T-Mobile Gigabit LTE goes big: What you need to know

5G may still be some way off, but the chance of getting super-speedy data service on your phone just increased significantly. T-Mobile has announced its LTE Advanced network has more than doubled since the carrier began rolling out the technology last year, with over 920 markets now served. Read on for what you need to know...

Gigabit LTE isn't 5G, but it's a big step toward that

5G is the big buzzword in the mobile industry right now, but we're not quite at the point where commercializing it is possible. Instead, Gigabit Class LTE – an even speedier form of LTE Advanced – is offering some of the speed improvements we're expecting from true 5G, but in a form that can actually be deployed today. Importantly, it's not just a stopgap measure but something that will help the transition to 5G when that happens.

T-Mobile's next step on that path is License Assisted Access (LAA). Unlike LTE Advanced, which relies on licensed spectrum that carriers have secured the exclusive use of, LAA dips into the unlicensed spectrum. While that has to be shared with other services, with careful management it can offer a big improvement in network speeds. T-Mobile will enable it on its small cells later this year.

Some of those markets are faster than others

LTE Advanced isn't just a single technology you can turn on or off – it's actually a set of different systems. Not all of those are active in all 920+ of the markets T-Mobile has lit up service in, however. That comes down to three different speed-boosting systems, which combine to deliver Gigabit Class LTE.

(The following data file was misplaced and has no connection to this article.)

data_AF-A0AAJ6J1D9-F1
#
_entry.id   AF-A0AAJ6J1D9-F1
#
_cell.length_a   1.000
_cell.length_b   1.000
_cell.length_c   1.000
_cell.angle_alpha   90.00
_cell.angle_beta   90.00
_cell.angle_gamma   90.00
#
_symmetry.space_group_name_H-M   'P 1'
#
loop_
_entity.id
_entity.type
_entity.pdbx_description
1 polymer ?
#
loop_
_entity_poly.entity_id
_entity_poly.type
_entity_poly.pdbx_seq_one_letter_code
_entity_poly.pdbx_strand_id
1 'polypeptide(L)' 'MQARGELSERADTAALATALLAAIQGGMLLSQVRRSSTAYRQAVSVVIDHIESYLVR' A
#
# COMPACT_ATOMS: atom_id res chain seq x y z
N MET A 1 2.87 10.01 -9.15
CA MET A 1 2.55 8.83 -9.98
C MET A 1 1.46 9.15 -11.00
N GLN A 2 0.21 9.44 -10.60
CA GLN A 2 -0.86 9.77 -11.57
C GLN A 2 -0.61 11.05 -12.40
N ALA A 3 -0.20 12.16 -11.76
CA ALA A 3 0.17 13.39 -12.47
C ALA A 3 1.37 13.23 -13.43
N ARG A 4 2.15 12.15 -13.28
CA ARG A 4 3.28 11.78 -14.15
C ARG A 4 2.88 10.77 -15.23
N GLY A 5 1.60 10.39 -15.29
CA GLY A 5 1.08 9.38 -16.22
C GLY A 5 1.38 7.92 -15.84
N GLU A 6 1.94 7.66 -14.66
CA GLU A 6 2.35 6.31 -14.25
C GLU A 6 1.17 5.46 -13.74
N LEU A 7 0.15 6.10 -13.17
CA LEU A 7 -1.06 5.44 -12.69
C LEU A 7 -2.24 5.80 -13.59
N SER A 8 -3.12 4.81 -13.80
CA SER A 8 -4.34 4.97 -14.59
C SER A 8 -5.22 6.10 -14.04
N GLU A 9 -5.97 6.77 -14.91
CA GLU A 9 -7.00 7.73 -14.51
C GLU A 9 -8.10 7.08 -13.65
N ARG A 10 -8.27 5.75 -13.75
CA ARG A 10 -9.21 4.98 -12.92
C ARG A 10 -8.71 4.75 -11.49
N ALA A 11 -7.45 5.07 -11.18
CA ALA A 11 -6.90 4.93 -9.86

Carrier aggregation is where multiple bands used by a carrier are combined – up to five of them, for up to 100 MHz of total spectrum – with the combined "pipe" allowing for more data to be transferred. 4X4 MIMO, meanwhile, relies on more antennas for simultaneous use, so that the use of that spectrum can be more efficient.

Finally, 256 QAM packs more bits into each transmission. That also enhances efficiency, since the same chunk of spectrum can be used to carry a greater amount of data at once. Altogether, T-Mobile and Qualcomm say, with those three technologies active – as they are in 430 of the carrier's current LTE Advanced markets – you can double the already improved LTE Advanced speeds.

The phone you have right now could be Gigabit LTE-ready

If you want to use LTE Advanced, you'll need a device with the right modem. At the moment, T-Mobile's service is working with Qualcomm's X16 modem, which is part of the Snapdragon 835 chipset. It means that, if you've got a Samsung Galaxy S8 or Galaxy Note 8, Motorola Moto Z2 Force Edition, or an LG V30, they're already compatible with Gigabit LTE.

Unfortunately, if you're an iPhone user, even your shiny new iPhone X won't play nicely with the faster speeds. Although some iPhone 8 and iPhone X versions use Qualcomm's X16 LTE modem – namely those which have CDMA support for Verizon and Sprint – others use an Intel modem which does not work with LTE Advanced yet. Apple apparently made the decision to limit all of 2017's iPhones to the same non-Gigabit LTE speeds, so as to minimize differences between its models.

LTE Advanced may be a fatter pipe, but it's not completely derestricted

Just as important as its faster speeds, LTE Advanced also dramatically improves network efficiency: that means more bandwidth for everybody to share. All the same, it's not going to be a free-for-all. T-Mobile warns that, should network congestion be observed, anybody using over 50 GB per month may find they've been throttled down.

[Updated to clarify that T-Mobile's 920 markets have LTE Advanced, but not necessarily Gigabit LTE, as that's only considered met when a market has carrier aggregation, 4X4 MIMO, and 256 QAM.]